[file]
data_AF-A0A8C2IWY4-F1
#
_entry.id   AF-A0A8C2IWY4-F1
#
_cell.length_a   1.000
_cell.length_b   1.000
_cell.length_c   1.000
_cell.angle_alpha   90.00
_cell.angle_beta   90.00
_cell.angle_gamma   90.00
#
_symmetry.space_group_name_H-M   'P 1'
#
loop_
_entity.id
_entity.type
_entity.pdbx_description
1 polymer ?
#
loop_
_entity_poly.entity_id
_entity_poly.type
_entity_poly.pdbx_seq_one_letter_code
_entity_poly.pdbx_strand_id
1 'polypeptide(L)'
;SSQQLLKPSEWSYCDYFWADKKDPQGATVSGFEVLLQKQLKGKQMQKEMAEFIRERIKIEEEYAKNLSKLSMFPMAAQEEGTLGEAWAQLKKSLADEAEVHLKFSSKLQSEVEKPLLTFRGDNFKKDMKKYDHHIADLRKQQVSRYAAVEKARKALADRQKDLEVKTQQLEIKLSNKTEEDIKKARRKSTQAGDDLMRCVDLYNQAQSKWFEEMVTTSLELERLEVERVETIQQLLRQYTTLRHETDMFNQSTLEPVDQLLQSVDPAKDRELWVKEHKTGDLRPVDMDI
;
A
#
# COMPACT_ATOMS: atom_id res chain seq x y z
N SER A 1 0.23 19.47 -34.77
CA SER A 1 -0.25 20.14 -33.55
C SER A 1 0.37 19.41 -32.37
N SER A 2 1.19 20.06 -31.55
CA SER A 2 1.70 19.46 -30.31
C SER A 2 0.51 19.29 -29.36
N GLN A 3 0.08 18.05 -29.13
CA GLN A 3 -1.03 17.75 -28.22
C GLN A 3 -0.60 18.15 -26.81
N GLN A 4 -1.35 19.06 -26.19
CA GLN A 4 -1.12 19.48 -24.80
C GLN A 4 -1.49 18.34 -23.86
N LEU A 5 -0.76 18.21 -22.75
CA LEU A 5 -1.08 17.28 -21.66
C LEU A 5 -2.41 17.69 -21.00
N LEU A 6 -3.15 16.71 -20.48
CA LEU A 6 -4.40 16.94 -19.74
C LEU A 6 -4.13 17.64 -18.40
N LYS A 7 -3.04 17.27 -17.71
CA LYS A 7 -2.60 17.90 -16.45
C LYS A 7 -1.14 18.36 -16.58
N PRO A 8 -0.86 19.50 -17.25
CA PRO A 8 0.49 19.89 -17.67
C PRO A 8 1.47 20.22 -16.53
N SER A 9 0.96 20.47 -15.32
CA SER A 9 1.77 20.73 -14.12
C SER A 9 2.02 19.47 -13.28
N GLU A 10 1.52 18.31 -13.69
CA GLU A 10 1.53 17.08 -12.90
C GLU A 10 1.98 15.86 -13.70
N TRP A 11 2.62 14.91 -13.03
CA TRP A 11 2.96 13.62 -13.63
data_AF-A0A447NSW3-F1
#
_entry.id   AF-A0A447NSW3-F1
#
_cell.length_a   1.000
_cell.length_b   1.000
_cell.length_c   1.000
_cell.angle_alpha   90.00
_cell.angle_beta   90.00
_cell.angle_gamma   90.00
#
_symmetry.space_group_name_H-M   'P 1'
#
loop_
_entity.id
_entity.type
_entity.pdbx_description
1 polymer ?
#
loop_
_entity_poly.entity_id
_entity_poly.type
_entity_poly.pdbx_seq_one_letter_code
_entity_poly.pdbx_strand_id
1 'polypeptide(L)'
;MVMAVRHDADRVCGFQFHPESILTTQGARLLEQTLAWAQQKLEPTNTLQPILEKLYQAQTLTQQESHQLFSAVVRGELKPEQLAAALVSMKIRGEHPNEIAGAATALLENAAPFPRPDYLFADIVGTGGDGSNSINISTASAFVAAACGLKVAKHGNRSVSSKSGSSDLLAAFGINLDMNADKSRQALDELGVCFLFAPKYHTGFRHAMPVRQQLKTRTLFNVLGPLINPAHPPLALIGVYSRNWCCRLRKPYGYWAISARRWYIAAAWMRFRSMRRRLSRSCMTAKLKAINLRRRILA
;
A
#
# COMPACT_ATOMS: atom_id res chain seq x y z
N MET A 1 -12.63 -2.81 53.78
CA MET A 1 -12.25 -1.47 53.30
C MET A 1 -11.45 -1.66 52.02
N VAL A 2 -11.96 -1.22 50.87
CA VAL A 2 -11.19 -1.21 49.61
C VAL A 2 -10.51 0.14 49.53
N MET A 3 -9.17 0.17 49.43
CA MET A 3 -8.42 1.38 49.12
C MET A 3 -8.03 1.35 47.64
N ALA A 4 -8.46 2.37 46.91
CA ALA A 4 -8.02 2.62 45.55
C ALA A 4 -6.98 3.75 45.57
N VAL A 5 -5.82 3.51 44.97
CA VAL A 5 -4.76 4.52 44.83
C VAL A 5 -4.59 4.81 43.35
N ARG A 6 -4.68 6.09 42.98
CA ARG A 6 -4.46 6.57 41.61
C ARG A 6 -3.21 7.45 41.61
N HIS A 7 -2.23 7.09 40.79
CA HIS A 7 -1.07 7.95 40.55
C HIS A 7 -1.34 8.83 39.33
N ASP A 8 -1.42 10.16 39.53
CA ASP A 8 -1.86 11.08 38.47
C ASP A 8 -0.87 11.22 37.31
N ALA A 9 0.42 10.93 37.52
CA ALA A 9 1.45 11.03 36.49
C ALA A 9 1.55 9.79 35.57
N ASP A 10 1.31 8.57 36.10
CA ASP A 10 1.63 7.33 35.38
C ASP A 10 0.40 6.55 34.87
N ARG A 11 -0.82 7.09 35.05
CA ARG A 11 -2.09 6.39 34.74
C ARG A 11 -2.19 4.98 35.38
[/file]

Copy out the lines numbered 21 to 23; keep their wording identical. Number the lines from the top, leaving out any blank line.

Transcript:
_entity_poly.entity_id
_entity_poly.type
_entity_poly.pdbx_seq_one_letter_code